The Irrigation Association’s Smart Water Application Technologies (SWAT) has created a more cost-effective option for weather-based controller testing. Manufacturers can now submit testing data from the U.S. Environmental Protection Agency’s WaterSense program directly to SWAT. This option is only available for smart controllers that have received the WaterSense label.
SWAT is a collaborative initiative between the irrigation industry and water providers, which creates science-based testing protocols to evaluate the water-use efficiency of irrigation products. Manufacturers voluntarily submit their products to third-party testing agencies and pay a fee to underwrite the cost.
Test results are posted on SWAT’s website (www.swatirrigation.org) and are used by irrigation professionals in the field when selecting products for specific projects. SWAT reports are also used by many water providers as the basis for consumer rebates on irrigation products.
SWAT vs. WaterSense
SWAT’s protocols have been referenced by the EPA WaterSense program, which develops specifications for product labeling. Like SWAT, manufacturers pay a fee for testing to verify if their products meet WaterSense requirements. While the two programs are complementary, there are significant differences.
For example, EPA’s specification for weather-based irrigation controllers references the related SWAT testing protocol but defines additional criteria to qualify for the WaterSense label. The two programs define different requirements for the testing process, including:
- Number and depth of rain events
- Minimum run time for sprinklers
- Guidelines for missing weather station data
- How rainfall is accounted for in the daily soil moisture balance
In addition, unlike SWAT, EPA defines minimum criteria for efficient products. To qualify for the WaterSense label, a weather-based controller must maintain at least 80 percent irrigation adequacy (enough water so plants are not harmed) and minimize excess water application to less than 10 percent for an individual zone and less than 5 percent excess overall.
Deliverables from each program’s testing also vary. Rather than providing specific pass/fail recommendations, SWAT publishes a detailed performance report, allowing the designer, contractor, water agency or consumer to decide if a product meets their criteria. In contrast, EPA awards the WaterSense label to products that meet its specifications but does not provide detailed testing results.
Although many of the weather-based controllers tested by SWAT — and most of the newer product introductions — have obtained the WaterSense label, there is still demand for detailed test results. Many manufacturers that have obtained the WaterSense label have expressed interest in having their test results reported on the SWAT website without paying additional testing fees.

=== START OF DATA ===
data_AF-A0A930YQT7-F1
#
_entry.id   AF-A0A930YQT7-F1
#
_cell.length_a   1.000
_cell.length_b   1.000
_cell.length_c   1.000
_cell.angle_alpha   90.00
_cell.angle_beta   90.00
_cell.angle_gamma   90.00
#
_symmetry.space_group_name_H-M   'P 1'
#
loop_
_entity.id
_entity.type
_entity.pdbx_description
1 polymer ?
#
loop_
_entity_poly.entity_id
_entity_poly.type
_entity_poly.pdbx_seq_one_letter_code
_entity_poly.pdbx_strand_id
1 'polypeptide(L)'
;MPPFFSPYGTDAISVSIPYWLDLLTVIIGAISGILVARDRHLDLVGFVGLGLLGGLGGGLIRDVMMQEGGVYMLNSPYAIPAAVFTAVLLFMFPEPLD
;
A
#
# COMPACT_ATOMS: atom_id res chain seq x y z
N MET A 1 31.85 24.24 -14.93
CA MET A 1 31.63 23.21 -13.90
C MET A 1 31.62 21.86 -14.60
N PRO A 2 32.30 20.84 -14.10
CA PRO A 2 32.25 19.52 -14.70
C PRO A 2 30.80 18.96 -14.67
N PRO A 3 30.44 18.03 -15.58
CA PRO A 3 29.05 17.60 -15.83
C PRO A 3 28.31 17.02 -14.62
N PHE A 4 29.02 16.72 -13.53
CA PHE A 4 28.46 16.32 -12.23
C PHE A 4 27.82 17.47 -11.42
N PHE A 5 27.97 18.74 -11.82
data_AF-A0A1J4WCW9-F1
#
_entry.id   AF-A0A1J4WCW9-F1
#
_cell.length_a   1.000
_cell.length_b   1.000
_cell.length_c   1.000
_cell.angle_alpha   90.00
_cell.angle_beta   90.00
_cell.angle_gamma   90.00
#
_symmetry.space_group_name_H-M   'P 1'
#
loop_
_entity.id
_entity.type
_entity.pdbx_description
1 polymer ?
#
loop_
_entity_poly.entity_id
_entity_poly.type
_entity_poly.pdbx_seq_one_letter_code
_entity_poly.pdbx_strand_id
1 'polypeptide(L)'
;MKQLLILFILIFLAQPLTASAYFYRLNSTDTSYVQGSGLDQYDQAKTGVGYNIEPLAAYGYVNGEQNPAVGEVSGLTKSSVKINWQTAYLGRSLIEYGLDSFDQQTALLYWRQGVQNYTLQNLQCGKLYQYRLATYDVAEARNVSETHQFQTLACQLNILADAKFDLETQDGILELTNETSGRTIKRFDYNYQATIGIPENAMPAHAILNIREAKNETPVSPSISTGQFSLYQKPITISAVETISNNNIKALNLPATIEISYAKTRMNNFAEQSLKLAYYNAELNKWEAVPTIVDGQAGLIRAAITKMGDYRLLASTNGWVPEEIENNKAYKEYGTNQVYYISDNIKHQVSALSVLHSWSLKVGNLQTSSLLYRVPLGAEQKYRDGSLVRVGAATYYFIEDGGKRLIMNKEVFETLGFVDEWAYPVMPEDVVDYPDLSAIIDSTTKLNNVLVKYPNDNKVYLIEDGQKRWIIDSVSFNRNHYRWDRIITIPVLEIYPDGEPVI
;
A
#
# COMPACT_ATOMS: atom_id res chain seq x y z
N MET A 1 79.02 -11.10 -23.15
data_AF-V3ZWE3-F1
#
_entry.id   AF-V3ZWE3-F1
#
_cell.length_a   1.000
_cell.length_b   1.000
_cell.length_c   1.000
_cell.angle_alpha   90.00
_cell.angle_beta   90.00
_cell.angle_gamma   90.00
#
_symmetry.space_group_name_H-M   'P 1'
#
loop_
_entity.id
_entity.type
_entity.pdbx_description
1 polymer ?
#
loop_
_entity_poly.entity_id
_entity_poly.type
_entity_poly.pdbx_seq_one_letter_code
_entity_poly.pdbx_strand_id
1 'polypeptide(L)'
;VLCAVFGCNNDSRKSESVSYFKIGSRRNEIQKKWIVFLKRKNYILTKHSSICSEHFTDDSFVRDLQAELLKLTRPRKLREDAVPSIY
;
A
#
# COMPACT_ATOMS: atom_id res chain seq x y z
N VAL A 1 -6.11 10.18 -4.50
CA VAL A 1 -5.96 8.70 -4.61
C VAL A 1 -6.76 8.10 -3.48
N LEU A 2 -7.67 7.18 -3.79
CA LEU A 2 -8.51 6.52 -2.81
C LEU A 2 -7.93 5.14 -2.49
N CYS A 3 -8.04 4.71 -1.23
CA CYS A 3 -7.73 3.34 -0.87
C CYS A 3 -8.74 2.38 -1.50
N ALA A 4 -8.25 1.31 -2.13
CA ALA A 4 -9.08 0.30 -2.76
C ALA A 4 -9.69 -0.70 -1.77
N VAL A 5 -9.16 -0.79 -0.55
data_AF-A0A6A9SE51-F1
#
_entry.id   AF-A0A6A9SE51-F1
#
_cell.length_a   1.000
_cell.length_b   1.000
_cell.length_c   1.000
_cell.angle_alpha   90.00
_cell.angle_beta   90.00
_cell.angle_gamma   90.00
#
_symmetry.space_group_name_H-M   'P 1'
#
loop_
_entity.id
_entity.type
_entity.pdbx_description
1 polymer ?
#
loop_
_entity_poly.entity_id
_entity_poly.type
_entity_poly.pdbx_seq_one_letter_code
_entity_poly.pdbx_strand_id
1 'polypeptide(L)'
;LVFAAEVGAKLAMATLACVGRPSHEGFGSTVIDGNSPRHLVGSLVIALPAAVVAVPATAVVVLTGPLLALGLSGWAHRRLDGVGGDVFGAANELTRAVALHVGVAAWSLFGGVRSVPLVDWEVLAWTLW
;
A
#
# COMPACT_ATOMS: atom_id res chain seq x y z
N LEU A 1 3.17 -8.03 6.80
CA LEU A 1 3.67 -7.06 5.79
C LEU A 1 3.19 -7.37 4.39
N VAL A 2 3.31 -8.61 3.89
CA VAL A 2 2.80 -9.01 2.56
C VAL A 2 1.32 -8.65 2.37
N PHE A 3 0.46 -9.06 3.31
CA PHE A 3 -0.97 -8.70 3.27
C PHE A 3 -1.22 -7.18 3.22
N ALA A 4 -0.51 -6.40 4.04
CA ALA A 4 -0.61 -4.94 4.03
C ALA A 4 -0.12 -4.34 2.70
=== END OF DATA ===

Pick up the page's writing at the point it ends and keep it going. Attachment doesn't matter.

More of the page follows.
The cost-effective testing option
Given continued demand for detailed testing results, a working group of volunteers from both industry and water providers has agreed to implement an option that will use the data collected for the WaterSense program to create a SWAT-style report. Manufacturers will be able to minimize testing costs while ensuring that performance results for their newer models of weather-based controllers are available for water agencies, designers, contractors and end-users.
Under the new testing option:
- A SWAT technical expert will analyze data from an accredited EPA WaterSense testing facility, with manufacturer authorization.
- Results will be shared with the manufacturer and, if approved, will be published on the SWAT website.
- Each report will include irrigation adequacy and excess, number of irrigation days, models using the tested technology, and WaterSense label status.
- Reports will be available on the SWAT website for three years or until the product is no longer in production.
- Products must be re-tested every three years.
To qualify for the program, weather-based controllers must be currently available in the marketplace. Manufacturers will pay only $500 per model for the optional technical review, a significant savings over traditional SWAT testing.
Reports will be posted on the SWAT website, with more recent test results listed first. Products from Irrigation Association members will also be highlighted. To make sure the site reflects the latest product models and technology innovations, test results that are currently posted on the site but are older than three years will be removed on Oct. 1, 2015.
For more information on the optional path for testing, visit www.swatirrigation.org or contact IA Industry Development Director Brent Mecham (email@example.com; 703.536.7080).